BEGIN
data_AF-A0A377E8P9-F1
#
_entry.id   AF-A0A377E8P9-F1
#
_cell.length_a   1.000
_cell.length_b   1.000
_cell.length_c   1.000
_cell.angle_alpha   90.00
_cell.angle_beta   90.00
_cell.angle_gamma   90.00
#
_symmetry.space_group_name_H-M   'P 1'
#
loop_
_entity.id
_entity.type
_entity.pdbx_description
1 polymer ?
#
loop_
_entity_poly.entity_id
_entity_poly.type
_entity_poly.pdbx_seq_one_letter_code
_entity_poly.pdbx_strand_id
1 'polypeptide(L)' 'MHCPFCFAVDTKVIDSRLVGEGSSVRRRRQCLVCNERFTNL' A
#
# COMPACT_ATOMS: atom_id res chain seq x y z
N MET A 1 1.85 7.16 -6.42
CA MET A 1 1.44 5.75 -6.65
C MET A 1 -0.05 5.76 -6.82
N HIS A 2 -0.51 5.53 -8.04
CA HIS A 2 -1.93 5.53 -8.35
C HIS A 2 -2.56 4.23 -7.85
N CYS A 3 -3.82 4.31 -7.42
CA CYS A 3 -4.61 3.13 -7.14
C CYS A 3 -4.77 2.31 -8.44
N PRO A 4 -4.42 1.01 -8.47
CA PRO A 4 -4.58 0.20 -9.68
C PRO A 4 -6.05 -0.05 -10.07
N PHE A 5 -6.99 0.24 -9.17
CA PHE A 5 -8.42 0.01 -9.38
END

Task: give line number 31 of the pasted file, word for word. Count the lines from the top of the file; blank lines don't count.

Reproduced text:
N HIS A 2 -0.51 5.53 -8.04